This is a frightening picture for many. Positivism is long gone. Historical narrative cannot mirror past reality. Conservatives in particular denigrate postmodernism and link it to political correctness and multiculturalism almost as a new Communist enemy.
If you muddy the past, the nation’s collective memory short circuits. What would the American celebratory memory be if suddenly Daniel Boone, Davy Crockett, and John Wayne changed from wholesome, iconic heroes to fascist pigs? It is too scary a scenario for most traditionalists, but it has been happening and the process is ongoing.
Postmodernism rejects the pattern, order, and security of a God-driven universe and leaves people believing that the alternative will lead to nihilism, atheism, or chaos.
Yet, this is the world we are living in. The old frontier heroes are now the bad guys. Does it mean we are regressing, or growing up?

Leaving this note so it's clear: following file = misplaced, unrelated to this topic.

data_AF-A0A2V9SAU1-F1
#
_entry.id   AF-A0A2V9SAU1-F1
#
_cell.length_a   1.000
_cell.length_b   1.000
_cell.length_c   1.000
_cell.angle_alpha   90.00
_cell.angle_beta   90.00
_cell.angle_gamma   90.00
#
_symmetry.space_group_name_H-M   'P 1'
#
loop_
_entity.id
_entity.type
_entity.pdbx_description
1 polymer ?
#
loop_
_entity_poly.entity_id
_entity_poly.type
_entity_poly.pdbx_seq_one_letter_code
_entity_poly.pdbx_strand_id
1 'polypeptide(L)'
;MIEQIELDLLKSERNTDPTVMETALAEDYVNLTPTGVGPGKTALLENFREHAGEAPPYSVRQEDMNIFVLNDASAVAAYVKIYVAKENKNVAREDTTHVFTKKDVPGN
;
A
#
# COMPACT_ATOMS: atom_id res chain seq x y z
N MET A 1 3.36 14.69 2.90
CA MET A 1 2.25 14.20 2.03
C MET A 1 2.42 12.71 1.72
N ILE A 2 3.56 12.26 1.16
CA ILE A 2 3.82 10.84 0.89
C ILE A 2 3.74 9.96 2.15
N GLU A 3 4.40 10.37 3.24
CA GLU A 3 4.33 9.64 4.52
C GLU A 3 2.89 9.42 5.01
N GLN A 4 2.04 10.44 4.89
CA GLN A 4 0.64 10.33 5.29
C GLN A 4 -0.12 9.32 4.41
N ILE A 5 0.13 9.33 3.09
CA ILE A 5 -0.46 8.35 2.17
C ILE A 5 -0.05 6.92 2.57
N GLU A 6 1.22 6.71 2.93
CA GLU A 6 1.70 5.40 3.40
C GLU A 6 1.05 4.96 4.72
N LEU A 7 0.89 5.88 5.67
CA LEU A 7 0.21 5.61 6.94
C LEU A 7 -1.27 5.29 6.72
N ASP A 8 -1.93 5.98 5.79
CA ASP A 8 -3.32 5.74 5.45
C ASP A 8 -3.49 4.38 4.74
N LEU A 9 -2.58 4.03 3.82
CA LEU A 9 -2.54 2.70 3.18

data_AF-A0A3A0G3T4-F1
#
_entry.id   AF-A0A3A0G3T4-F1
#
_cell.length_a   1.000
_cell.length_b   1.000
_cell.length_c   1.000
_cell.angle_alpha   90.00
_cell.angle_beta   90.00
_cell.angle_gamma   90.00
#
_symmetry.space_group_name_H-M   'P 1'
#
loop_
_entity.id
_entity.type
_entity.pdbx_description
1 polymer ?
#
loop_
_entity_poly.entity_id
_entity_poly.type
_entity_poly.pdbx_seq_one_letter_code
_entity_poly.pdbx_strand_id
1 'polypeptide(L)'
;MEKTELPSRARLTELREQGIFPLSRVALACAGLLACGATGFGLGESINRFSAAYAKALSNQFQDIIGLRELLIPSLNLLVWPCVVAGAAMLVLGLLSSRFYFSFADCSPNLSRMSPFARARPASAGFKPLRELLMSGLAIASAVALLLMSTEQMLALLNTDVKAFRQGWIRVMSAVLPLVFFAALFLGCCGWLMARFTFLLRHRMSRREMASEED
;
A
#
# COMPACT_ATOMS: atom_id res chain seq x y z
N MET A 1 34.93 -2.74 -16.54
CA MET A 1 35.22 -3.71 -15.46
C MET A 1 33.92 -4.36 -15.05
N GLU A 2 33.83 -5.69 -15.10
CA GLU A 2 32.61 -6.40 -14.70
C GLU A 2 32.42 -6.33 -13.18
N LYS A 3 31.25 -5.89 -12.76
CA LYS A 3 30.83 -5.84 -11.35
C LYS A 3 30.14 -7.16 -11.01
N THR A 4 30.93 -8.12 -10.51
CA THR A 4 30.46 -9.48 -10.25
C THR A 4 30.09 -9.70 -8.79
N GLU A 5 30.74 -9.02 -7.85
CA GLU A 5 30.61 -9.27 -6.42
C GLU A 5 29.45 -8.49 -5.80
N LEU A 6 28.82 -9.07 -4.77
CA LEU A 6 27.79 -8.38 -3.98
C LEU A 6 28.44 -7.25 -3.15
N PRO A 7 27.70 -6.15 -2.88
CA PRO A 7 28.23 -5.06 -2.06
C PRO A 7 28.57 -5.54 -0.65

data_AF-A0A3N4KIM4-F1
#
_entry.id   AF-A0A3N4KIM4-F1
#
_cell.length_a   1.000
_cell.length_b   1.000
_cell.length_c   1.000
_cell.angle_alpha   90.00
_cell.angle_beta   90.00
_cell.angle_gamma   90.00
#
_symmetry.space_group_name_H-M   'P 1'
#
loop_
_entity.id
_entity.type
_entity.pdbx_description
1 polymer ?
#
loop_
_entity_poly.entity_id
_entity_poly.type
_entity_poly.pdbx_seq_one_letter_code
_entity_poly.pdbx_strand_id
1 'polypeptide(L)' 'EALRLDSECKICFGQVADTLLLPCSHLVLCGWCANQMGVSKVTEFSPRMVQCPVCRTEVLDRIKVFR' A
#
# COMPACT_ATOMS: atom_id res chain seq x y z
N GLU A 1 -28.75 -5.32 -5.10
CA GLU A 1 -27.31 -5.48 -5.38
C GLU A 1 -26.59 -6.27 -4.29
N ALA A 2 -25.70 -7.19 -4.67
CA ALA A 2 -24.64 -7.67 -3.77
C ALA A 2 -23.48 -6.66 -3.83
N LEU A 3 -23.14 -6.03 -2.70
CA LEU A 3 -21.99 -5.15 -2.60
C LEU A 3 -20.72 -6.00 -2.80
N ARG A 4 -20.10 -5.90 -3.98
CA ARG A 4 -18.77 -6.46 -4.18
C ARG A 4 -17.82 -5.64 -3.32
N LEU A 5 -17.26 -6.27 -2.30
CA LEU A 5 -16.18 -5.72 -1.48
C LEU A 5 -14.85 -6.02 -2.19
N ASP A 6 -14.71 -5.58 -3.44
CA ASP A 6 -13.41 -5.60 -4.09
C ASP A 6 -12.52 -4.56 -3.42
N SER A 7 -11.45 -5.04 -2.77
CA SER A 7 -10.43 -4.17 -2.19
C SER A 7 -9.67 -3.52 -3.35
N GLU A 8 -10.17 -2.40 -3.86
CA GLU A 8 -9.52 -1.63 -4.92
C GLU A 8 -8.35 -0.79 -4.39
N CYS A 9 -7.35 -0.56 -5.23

Q. Can you tell me something about your background?
A. It’s thoroughly non-descript. I am a Michigan native and lived there for most of my life. Attended Michigan State University and the University of Northern Colorado. I spent nearly thirty years working for the State of Michigan in the Human Services Department. I decided to take up writing history, more or less as a hobby, back in 1990. Why? Just as I said earlier: simply to learn moreabout things I was interested in. My wife and I currently live in Colorado.
Q. What are you working on now?